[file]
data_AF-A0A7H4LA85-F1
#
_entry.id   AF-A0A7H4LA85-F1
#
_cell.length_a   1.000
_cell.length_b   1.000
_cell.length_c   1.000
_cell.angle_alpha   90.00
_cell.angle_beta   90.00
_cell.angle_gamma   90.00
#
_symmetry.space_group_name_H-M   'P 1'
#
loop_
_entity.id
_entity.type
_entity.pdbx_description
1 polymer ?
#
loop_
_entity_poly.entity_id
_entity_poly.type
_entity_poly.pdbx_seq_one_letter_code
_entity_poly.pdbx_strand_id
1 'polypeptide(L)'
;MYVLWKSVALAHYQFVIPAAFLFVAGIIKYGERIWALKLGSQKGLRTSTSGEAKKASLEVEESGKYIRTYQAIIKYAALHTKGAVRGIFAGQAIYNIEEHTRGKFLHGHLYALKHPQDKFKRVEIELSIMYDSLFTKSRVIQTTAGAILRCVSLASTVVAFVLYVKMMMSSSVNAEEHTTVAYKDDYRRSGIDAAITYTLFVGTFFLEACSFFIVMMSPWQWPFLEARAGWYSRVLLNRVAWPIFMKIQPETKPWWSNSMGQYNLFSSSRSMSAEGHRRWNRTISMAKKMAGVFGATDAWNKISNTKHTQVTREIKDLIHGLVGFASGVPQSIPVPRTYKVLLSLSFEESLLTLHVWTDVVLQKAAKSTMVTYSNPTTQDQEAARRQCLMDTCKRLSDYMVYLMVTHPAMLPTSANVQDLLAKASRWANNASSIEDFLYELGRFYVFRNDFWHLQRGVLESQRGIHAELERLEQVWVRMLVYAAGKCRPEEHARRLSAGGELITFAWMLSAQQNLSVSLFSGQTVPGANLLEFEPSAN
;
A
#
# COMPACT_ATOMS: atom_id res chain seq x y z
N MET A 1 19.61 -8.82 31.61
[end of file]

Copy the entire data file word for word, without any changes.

data_AF-A0A7H4LA85-F1
#
_entry.id   AF-A0A7H4LA85-F1
#
_cell.length_a   1.000
_cell.length_b   1.000
_cell.length_c   1.000
_cell.angle_alpha   90.00
_cell.angle_beta   90.00
_cell.angle_gamma   90.00
#
_symmetry.space_group_name_H-M   'P 1'
#
loop_
_entity.id
_entity.type
_entity.pdbx_description
1 polymer ?
#
loop_
_entity_poly.entity_id
_entity_poly.type
_entity_poly.pdbx_seq_one_letter_code
_entity_poly.pdbx_strand_id
1 'polypeptide(L)'
;MYVLWKSVALAHYQFVIPAAFLFVAGIIKYGERIWALKLGSQKGLRTSTSGEAKKASLEVEESGKYIRTYQAIIKYAALHTKGAVRGIFAGQAIYNIEEHTRGKFLHGHLYALKHPQDKFKRVEIELSIMYDSLFTKSRVIQTTAGAILRCVSLASTVVAFVLYVKMMMSSSVNAEEHTTVAYKDDYRRSGIDAAITYTLFVGTFFLEACSFFIVMMSPWQWPFLEARAGWYSRVLLNRVAWPIFMKIQPETKPWWSNSMGQYNLFSSSRSMSAEGHRRWNRTISMAKKMAGVFGATDAWNKISNTKHTQVTREIKDLIHGLVGFASGVPQSIPVPRTYKVLLSLSFEESLLTLHVWTDVVLQKAAKSTMVTYSNPTTQDQEAARRQCLMDTCKRLSDYMVYLMVTHPAMLPTSANVQDLLAKASRWANNASSIEDFLYELGRFYVFRNDFWHLQRGVLESQRGIHAELERLEQVWVRMLVYAAGKCRPEEHARRLSAGGELITFAWMLSAQQNLSVSLFSGQTVPGANLLEFEPSAN
;
A
#
# COMPACT_ATOMS: atom_id res chain seq x y z
N MET A 1 19.61 -8.82 31.61